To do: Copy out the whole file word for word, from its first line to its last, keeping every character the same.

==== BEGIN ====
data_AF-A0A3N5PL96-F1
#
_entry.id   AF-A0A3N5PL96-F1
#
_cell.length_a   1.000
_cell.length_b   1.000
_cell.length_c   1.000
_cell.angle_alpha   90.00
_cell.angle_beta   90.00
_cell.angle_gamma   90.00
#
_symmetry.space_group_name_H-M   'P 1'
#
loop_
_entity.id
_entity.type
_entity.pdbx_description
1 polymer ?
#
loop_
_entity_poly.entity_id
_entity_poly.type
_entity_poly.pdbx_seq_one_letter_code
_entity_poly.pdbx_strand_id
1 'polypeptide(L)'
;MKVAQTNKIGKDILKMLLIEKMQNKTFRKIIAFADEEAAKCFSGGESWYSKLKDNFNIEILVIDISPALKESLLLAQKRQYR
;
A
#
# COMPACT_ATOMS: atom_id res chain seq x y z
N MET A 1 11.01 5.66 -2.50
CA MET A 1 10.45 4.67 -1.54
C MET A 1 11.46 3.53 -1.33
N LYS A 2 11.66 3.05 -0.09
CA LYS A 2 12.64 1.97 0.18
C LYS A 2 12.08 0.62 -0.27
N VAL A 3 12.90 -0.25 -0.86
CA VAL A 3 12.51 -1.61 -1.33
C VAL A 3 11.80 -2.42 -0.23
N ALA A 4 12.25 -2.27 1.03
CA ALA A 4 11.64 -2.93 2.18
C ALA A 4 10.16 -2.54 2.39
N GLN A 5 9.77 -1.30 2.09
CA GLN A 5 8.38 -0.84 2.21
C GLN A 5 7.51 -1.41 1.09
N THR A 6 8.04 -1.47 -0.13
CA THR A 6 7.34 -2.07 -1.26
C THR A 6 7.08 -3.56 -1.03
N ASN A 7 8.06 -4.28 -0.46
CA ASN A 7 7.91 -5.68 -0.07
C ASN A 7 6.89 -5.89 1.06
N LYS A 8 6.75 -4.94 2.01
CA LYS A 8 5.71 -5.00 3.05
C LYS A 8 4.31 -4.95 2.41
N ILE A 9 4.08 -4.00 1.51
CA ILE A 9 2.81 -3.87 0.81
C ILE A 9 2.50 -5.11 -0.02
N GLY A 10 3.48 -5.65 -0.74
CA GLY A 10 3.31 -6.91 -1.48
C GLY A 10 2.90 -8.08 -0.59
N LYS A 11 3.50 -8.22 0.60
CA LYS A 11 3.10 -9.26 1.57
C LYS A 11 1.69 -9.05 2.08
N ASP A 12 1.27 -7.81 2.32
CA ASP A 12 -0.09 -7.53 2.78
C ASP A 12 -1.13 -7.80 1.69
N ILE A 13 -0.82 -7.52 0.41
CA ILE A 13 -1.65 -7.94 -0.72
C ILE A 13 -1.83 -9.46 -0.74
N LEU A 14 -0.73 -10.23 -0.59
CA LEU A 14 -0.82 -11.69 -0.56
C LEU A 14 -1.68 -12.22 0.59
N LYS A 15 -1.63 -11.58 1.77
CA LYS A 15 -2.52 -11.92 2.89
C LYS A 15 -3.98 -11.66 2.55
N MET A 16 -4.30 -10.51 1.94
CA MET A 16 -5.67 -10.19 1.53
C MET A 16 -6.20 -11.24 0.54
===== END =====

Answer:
data_AF-A0A3N5PL96-F1
#
_entry.id   AF-A0A3N5PL96-F1
#
_cell.length_a   1.000
_cell.length_b   1.000
_cell.length_c   1.000
_cell.angle_alpha   90.00
_cell.angle_beta   90.00
_cell.angle_gamma   90.00
#
_symmetry.space_group_name_H-M   'P 1'
#
loop_
_entity.id
_entity.type
_entity.pdbx_description
1 polymer ?
#
loop_
_entity_poly.entity_id
_entity_poly.type
_entity_poly.pdbx_seq_one_letter_code
_entity_poly.pdbx_strand_id
1 'polypeptide(L)'
;MKVAQTNKIGKDILKMLLIEKMQNKTFRKIIAFADEEAAKCFSGGESWYSKLKDNFNIEILVIDISPALKESLLLAQKRQYR
;
A
#
# COMPACT_ATOMS: atom_id res chain seq x y z
N MET A 1 11.01 5.66 -2.50
CA MET A 1 10.45 4.67 -1.54
C MET A 1 11.46 3.53 -1.33
N LYS A 2 11.66 3.05 -0.09
CA LYS A 2 12.64 1.97 0.18
C LYS A 2 12.08 0.62 -0.27
N VAL A 3 12.90 -0.25 -0.86
CA VAL A 3 12.51 -1.61 -1.33
C VAL A 3 11.80 -2.42 -0.23
N ALA A 4 12.25 -2.27 1.03
CA ALA A 4 11.64 -2.93 2.18
C ALA A 4 10.16 -2.54 2.39
N GLN A 5 9.77 -1.30 2.09
CA GLN A 5 8.38 -0.84 2.21
C GLN A 5 7.51 -1.41 1.09
N THR A 6 8.04 -1.47 -0.13
CA THR A 6 7.34 -2.07 -1.26
C THR A 6 7.08 -3.56 -1.03
N ASN A 7 8.06 -4.28 -0.46
CA ASN A 7 7.91 -5.68 -0.07
C ASN A 7 6.89 -5.89 1.06
N LYS A 8 6.75 -4.94 2.01
CA LYS A 8 5.71 -5.00 3.05
C LYS A 8 4.31 -4.95 2.41
N ILE A 9 4.08 -4.00 1.51
CA ILE A 9 2.81 -3.87 0.81
C ILE A 9 2.50 -5.11 -0.02
N GLY A 10 3.48 -5.65 -0.74
CA GLY A 10 3.31 -6.91 -1.48
C GLY A 10 2.90 -8.08 -0.59
N LYS A 11 3.50 -8.22 0.60
CA LYS A 11 3.10 -9.26 1.57
C LYS A 11 1.69 -9.05 2.08
N ASP A 12 1.27 -7.81 2.32
CA ASP A 12 -0.09 -7.53 2.78
C ASP A 12 -1.13 -7.80 1.69
N ILE A 13 -0.82 -7.52 0.41
CA ILE A 13 -1.65 -7.94 -0.72
C ILE A 13 -1.83 -9.46 -0.74
N LEU A 14 -0.73 -10.23 -0.59
CA LEU A 14 -0.82 -11.69 -0.56
C LEU A 14 -1.68 -12.22 0.59
N LYS A 15 -1.63 -11.58 1.77
CA LYS A 15 -2.52 -11.92 2.89
C LYS A 15 -3.98 -11.66 2.55
N MET A 16 -4.30 -10.51 1.94
CA MET A 16 -5.67 -10.19 1.53
C MET A 16 -6.20 -11.24 0.54